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Clayton Kershaw not dominant, but Dodgers top Nationals in Game 1

Clayton Kershaw of the Los Angeles Dodgers pitches

Clayton Kershaw of the Los Angeles Dodgers pitches against the Washington Nationals during the first inning on Friday, Oct. 7, 2016. Photo Credit: Getty Images / Pool

WASHINGTON — Sometimes, your great pitching duels are like Bumgarner-Syndergaard Wednesday night. Sixteen combined innings, no runs. Masterful.

Sometimes, you get what happened at Nationals Park Friday in Game 1 of the NLDS between the Nationals and Dodgers.

Max Scherzer vs. Clayton Kershaw. Eleven combined innings, seven runs. Not masterful.

No, the aces here didn’t dominate like Madison Bumgarner and Noah Syndergaard did in the Mets’ wild-card game loss to the Giants.

Kershaw continued his history of uneven postseason performances by giving up three runs in five innings. But Scherzer was worse — two home runs and four runs in six innings — and the Dodgers’ bullpen threw four shutout innings in a 4-3 victory.

“When the starters go five, we never complain about it,” said closer Kenley Jansen, who got the final five outs to save the win for Kershaw. “We just go out and do our job.”

Scherzer, who was 20-7 with a 2.96 ERA in the regular season, gave up a solo shot to Corey Seager, the second batter of the game.

Chase Utley had an RBI single in the third to give Los Angeles a 2-0 lead. One batter later, Justin Turner smacked a two-run homer to left over the leaping try of Jayson Werth to make it 4-0.

Both home runs came on the first pitch.

“They were first-ball jumping him early,” Nationals manager Dusty Baker said.

Said Turner: “Corey goes out there, jumps all over the first pitch and hits a homer, and I think that kind of set the tone for us.”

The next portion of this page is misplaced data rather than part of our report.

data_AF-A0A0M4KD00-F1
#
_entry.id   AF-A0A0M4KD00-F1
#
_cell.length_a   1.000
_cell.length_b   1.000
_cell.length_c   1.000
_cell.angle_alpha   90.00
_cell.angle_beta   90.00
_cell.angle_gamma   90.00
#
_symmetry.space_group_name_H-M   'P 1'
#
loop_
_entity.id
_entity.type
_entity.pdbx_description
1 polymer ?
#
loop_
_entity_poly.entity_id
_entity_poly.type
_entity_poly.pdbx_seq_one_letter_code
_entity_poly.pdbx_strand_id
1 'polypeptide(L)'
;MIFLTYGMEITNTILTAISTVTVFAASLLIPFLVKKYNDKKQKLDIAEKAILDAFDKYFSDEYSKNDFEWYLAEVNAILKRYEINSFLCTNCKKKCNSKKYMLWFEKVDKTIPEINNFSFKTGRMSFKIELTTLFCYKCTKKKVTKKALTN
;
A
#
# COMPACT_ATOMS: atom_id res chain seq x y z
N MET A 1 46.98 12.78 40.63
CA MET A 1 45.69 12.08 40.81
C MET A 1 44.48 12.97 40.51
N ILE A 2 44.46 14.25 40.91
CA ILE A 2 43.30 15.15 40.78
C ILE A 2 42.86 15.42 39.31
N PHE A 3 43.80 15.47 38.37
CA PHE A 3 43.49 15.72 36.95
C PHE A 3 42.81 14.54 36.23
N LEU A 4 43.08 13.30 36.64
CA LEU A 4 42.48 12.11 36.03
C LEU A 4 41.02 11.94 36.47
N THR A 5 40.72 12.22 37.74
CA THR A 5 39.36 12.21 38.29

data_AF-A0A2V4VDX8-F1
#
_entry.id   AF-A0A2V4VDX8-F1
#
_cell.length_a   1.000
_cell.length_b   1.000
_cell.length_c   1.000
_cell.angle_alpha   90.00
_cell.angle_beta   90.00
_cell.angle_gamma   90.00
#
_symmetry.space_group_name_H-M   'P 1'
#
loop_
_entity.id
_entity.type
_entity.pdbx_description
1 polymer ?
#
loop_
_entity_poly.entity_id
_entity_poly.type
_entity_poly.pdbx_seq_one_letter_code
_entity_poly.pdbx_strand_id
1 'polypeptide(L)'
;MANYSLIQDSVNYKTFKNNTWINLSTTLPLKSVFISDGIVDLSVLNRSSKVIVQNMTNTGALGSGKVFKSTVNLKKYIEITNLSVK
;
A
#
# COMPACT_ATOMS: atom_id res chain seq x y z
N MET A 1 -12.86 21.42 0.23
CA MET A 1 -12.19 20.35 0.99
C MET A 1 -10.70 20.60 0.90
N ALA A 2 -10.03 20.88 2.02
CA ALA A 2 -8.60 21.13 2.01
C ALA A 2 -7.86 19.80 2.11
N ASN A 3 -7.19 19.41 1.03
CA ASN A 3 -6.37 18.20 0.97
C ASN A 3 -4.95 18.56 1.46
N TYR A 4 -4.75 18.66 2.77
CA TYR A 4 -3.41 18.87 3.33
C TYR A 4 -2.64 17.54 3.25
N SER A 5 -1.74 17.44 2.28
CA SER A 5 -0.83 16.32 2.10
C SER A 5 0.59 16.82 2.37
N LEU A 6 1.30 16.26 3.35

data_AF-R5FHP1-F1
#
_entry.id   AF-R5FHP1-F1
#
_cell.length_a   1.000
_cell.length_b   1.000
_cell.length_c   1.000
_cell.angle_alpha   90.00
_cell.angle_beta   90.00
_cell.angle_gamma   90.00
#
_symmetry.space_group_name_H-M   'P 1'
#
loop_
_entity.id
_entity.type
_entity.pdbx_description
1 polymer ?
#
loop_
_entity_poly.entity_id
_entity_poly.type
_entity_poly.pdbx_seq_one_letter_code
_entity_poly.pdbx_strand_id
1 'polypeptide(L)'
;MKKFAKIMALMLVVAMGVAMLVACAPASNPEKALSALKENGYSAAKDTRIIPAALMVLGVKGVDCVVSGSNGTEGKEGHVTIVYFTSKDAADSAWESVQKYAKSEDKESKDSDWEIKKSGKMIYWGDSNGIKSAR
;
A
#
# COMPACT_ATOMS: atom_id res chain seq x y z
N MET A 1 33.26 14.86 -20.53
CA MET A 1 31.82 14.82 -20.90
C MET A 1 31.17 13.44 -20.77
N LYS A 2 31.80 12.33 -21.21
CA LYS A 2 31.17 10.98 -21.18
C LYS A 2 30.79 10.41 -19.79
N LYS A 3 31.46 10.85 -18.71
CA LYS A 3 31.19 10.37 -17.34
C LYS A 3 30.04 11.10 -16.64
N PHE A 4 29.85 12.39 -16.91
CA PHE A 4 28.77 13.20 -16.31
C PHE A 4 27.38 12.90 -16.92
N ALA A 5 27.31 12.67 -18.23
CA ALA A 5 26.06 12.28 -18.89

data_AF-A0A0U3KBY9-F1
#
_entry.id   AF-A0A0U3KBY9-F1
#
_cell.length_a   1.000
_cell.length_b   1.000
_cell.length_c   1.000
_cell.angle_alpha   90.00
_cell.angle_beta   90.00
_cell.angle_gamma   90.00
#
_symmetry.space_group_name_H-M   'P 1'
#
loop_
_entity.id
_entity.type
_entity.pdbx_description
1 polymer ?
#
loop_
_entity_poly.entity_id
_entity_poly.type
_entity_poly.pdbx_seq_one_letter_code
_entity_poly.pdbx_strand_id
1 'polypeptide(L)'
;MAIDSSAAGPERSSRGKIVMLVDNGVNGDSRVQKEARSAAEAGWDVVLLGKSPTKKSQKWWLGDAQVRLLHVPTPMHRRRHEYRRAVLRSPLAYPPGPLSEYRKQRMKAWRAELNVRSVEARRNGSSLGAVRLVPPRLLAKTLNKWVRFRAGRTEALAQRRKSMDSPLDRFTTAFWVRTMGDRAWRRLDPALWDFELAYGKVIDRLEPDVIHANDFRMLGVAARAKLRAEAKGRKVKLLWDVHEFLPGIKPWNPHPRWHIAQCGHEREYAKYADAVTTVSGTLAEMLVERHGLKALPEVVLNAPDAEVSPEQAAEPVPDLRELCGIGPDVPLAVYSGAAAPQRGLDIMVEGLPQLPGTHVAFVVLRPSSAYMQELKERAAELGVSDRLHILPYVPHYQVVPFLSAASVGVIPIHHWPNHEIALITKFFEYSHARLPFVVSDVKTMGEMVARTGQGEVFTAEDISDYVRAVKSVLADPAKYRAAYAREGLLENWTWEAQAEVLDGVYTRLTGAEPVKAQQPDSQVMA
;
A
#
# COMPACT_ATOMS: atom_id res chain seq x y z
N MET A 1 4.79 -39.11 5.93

Kershaw, who went 12-4 with a 1.69 ERA in an injury-plagued year, struck out the side in the first and got out of a bases-loaded jam in the second.

But after being staked to that 4-0 lead, Kershaw allowed the Nationals to pull to within a run. Anthony Rendon singled in a pair of runs in the third and Trea Turner hit a sacrifice fly in the fourth.

“We had him on the ropes a couple of times there,” Baker said. “The big hit just escaped us.”

Kershaw was gone after five, and the Dodgers bullpen took it from there. Rookie manager Dave Roberts used four relievers, with Jansen even getting an at-bat with the bases loaded and two outs in the ninth (he struck out).

“That’s sort of been our formula all year long,” Roberts said. “Obviously, tonight was not the start we had envisioned for Clayton.”

But he won anyway, even though Baker pulled out all the stops in an unsuccessful comeback attempt. Baker had six position players on his bench and used them all, including three pinch hitters in a row in the eighth. The second, Clint Robinson doubled with two outs and was replaced by pinch runner Michael Taylor. With two outs, Jansen face pinch hitter Chris Heisey. The free-agent-to-be righthander struck him out on a borderline 3-and-2 pitch to send the game to the ninth as the red-clad home crowd howled.

The Nationals went down 1-2-3 in the ninth.

Game 2 is Saturday at 4 p.m. with Tanner Roark of the Nationals facing former Yankee and Long Island Duck Rich Hill.


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